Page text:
There are three main methods to solve a division problem. You have the long division method, the chunking method, and the bus stop division method. All three methods will enable you to reach the same answer, but it will do so at varying speeds.

It’s best to start with the long division method. As suggested by its name, it’s the longest method out of the three, but it takes you through each calculation step-by-step. Once you have mastered that, you can move on to the chunking method and then finally progress to the bus stop method.

The bus stop method of division, also called the short division method, can be tricky at the beginning – particularly if you’re used to writing out each individual step one by one. However, you will fly through division problems once you get the hang of it.

But what is the bus stop method, how do you do it, and why is it called that? Let’s find out.

To use the bus stop method, simply divide each digit of the dividend by the divisor, adding your answers in the quotient as you work your way across.

If the divisor is bigger than the dividend digit, combine it with the next digit in the dividend to create a larger number. Remainders are carried over to the next digit, going up in place value.

The bus stop division method, also known as the short division method, is a formal written method to divide two numbers together. It is a form of progression for kids. As they become more comfortable with their times tables and multiplication of two and three-digit numbers, they’ll be able to divide numbers quicker without the tedious steps involved in long division and chunking.

However, they may still need to write their calculations down so they don’t get confused. As such, the bus stop method works as an intermediary step between solving division problems with the long division method and doing it entirely in their head – which is the end goal.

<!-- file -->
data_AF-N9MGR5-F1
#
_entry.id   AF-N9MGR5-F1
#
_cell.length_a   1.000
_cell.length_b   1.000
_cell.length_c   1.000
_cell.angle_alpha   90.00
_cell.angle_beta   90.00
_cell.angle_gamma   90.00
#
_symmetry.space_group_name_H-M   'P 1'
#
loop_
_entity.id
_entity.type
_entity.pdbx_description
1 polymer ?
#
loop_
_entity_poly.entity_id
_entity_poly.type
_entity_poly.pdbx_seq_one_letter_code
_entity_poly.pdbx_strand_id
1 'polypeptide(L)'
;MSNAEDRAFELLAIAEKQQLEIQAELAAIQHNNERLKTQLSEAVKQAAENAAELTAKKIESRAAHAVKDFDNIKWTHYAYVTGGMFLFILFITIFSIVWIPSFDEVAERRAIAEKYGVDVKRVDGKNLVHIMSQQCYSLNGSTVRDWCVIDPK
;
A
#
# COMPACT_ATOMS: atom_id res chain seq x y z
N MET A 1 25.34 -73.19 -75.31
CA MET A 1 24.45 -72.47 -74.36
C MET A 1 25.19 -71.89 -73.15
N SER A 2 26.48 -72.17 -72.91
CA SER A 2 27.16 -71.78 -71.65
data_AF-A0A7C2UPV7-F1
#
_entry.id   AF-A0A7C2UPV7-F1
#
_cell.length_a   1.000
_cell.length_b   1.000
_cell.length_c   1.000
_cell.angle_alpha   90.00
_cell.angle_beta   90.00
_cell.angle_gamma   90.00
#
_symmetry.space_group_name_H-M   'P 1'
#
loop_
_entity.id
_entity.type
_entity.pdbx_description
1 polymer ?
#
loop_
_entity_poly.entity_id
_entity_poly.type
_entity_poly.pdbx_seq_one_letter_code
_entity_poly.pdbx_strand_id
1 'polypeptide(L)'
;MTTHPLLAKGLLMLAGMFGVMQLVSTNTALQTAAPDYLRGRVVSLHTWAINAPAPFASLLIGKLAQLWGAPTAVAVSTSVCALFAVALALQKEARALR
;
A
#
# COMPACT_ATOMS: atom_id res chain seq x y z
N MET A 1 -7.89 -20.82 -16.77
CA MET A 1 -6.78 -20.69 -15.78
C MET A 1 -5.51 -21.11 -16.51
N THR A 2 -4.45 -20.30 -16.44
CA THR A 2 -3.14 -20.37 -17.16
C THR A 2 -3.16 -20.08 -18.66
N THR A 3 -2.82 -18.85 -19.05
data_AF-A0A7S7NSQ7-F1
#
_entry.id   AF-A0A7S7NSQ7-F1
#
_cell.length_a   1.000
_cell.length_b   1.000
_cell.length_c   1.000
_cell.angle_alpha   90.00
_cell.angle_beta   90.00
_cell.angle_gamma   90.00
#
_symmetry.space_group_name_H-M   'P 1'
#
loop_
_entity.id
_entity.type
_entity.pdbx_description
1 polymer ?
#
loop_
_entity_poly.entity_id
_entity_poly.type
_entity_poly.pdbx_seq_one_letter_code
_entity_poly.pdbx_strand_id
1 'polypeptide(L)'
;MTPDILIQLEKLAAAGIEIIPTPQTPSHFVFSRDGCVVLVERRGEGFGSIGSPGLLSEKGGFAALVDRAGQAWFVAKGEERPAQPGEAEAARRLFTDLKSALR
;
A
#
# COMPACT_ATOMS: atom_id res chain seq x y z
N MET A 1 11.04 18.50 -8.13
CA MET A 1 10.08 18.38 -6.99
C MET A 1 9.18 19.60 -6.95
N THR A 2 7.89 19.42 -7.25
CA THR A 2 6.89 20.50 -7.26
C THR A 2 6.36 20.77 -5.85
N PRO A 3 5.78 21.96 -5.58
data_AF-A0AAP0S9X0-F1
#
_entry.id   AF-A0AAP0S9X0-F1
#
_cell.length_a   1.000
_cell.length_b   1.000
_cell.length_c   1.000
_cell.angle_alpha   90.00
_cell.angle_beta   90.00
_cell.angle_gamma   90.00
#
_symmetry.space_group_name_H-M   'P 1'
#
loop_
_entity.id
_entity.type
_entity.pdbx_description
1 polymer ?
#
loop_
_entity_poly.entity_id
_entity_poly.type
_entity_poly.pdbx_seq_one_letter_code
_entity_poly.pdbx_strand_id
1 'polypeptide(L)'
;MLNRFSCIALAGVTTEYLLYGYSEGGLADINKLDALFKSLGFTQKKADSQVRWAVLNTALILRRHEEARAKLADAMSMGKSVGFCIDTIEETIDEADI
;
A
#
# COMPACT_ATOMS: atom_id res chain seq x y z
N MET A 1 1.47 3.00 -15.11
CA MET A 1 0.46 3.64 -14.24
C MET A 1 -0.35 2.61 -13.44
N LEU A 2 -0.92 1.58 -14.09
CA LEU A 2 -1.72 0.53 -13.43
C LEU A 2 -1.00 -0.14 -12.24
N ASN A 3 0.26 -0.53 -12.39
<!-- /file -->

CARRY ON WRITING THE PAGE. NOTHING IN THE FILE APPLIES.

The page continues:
It’s called the bus stop method due to the use of a division bracket. With a bit of imagination, you can picture the division bracket looking like a bus stop shelter from the front. One could argue whether it really looks like a bus stop or not, but the main purpose of this name is that it makes the method easy to remember for primary school kids and allows them to differentiate it from other division methods, such as long division.

Also, the division bracket isn’t just there for looks. It actually serves a role. It separates the dividend from the divisor – with the dividend going inside the bracket and the divisor outside the bracket to the left – and allows space for the quotient to be written at the top.

- Step 1: Write the dividend inside the division bracket and the divisor outside the division bracket to the left.
- Step 2: Divide the first digit of the dividend by the divisor and write the answer above the division bracket as the quotient. If the divisor is too big for the first digit, follow step 3. Otherwise, move on to step 4.
- Step 3: Combine the first and second digits of the dividend to create a larger number. Divide the dividend by the divisor, and write the answer in the quotient.
- Step 4: If there is a remainder, add it to the next digit in the tens column. It’s important to interpret remainders appropriately, so be sure to get this step right.
- Step 5: Repeat steps 1 to 4 again until you have no more remainders left.

This can sound quite confusing when explained in words. The best way to understand it is to see it in practice, so let’s take a look at a few simple examples, starting with dividing two-digit numbers by a one-digit number.

### Example 1 – two digit dividend and a one-digit divisor

Suppose you want to solve the equation 24 ÷ 2:

- Write 24 inside the division bracket and 2 outside the division bracket to the left.
- The first calculation is 2 ÷ 2. This equals 1, which means we can write 1 in the quotient.